CoatingsPro Magazine

MAR 2015

CoatingsPro offers an in-depth look at coatings based on case studies, successful business operation, new products, industry news, and the safe and profitable use of coatings and equipment.

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Page 58 of 90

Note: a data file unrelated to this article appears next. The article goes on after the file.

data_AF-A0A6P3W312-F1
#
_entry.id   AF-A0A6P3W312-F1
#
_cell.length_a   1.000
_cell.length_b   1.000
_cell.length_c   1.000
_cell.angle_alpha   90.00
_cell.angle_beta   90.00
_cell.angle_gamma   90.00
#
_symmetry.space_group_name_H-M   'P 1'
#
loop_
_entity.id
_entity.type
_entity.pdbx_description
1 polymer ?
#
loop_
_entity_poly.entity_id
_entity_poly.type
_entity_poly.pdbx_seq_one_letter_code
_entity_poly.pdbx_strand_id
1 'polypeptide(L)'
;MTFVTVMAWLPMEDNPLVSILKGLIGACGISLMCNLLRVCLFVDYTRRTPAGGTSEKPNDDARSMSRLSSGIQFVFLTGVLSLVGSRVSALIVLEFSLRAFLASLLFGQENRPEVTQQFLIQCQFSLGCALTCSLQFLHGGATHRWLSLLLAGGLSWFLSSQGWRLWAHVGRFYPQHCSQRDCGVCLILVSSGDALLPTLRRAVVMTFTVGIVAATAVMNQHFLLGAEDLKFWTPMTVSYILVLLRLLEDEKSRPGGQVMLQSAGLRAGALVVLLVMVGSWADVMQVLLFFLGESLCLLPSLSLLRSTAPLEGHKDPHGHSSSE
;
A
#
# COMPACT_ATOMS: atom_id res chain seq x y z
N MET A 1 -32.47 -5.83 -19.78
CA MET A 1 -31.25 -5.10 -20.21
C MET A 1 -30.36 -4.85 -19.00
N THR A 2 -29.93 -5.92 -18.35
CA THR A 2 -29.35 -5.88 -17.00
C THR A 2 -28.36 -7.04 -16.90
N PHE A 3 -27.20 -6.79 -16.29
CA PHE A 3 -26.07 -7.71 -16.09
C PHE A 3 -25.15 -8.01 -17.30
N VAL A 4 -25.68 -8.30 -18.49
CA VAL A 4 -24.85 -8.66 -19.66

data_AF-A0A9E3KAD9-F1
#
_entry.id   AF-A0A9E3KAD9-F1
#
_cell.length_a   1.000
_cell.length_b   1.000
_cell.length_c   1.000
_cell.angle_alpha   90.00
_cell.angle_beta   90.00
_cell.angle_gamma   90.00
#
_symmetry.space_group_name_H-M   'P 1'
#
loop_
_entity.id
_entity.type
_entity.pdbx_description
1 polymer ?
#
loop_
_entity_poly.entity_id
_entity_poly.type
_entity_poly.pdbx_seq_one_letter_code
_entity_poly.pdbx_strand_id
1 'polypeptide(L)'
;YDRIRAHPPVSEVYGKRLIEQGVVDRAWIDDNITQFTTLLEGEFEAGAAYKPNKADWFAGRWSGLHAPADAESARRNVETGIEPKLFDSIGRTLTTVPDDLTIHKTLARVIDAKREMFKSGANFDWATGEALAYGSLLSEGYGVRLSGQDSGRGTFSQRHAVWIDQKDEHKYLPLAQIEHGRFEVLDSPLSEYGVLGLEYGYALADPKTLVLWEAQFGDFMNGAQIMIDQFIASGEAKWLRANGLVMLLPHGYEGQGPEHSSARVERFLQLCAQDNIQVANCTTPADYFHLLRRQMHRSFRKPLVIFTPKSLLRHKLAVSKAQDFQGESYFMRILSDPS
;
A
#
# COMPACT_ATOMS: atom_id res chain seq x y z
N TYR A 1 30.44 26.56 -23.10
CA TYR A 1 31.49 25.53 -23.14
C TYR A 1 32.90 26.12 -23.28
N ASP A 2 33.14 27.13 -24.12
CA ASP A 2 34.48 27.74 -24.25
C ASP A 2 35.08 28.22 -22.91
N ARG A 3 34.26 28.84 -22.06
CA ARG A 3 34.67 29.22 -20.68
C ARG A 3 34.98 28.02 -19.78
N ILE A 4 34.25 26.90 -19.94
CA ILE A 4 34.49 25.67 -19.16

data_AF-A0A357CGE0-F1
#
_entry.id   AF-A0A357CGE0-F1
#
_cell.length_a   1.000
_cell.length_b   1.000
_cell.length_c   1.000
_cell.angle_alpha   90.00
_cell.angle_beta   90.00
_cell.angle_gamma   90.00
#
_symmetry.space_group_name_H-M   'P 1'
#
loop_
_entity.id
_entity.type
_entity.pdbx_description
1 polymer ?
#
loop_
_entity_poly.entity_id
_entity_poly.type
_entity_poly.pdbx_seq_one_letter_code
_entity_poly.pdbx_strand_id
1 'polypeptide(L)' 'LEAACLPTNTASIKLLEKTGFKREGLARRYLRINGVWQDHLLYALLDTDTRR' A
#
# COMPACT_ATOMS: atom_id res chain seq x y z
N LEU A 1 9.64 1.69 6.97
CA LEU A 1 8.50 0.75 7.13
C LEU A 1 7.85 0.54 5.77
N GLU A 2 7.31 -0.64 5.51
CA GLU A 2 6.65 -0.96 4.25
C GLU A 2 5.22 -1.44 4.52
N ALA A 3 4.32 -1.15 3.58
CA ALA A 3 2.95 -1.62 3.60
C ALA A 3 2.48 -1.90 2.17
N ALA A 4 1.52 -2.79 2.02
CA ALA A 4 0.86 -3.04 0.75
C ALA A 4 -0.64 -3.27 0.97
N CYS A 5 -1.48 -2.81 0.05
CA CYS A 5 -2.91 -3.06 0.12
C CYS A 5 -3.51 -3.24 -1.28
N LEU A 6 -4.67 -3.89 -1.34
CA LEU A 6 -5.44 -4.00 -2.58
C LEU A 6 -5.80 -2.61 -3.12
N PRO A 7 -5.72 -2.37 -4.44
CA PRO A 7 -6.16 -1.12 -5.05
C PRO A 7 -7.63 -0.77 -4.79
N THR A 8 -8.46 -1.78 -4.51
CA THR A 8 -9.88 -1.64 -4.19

58 MARCH 2015 COATINGSPROMAG.COM on the coating to ensure that there was adequate resistance to alternating currents. Te results showed that the coating met the requirements for withstanding the maximum strength of 13,200 volts of alternating current (AC). A ll of that means that the coating of the new pipeline would not negatively afect the protection of the existing pipeline. Terrain But No Rain Te crew started by preparing the pipe to NACE No. 1/Society for Protective Coatings (SSPC) Surface Preparation (SP) 5: W hite Metal Blast Cleaning. Tey achieved the required 2.5–3.3-mil (64–84 microns) profle by sending the pipe through a CYM Materiales S.A. shot blast machine and using steel media. Ten, the crew tested each piece of pipe for residual dust using Elcometer's 142 Dust Tape Test kit. Once acceptable, various thicknesses of the modifed 100 percent solids epoxy were applied: 40 mils (1,016 microns) for the straight-fow sections, 80 mils (2,032 microns) for directional crossings, and 120 mils (3,048 microns) for ballasted sections and air-ground interphases. Graco spray guns automatically applied the coatings in two, four, and fve passes, respectively. Diferent coating thicknesses were used to help promote anti-corrosion properties and to account for potential damage done to the pipe during the installation work. "Te automated application plant was utilized at 90 percent of its capacity," said Candia. W hile working in the shop, the crew used a variety of tools to get the job done. Tat included Pettibone Traverse lifts and Dayton heaters. Tey used custom- made ovens to cure the coatings, and they followed up with materials from companies such as PCWI and DeFelsko to check the cured coating for thickness, holidays, and adhesion. Once the pipes were ready to go, the crew shipped approxi- mately 8,600 40-foot-long (12 m) pieces to the jobsite. Another crew assembled the pieces before R AM-100 could come back in to complete additional coatings application on the joints. But frst, the coatings crew had to get there! "Various adversities were faced with the terrain," Candia said. Te crew encountered a variety of topography when Alberto Candia, executive coordinator for RAM-100 del Sureste, explained that "the automated application plant was utilized at 90 percent of its capacity." For prep, the crew used a CYM Materiales S.A. shot blast machine and steel media. Once the steel was prepped, the crew used Elcometer's 142 Dust Tape Test kit to test each piece for residual dust. Then it was on to the epoxy coatings application! Mexico Pipeline The system was tested using a feasibility study to ensure it wouldn't inter fere with nearby pipelines or power lines. Once in the field, the coating wa s applied to the joint welds with Graco equipment and compressors. In house, the coating wa s applied to the straight-flow sections at 40 mils (1,016 microns), to directional crossings at 80 mils (2,032 microns), and to ballasted sections and air-ground interphases at 120 mils (3,048 microns).

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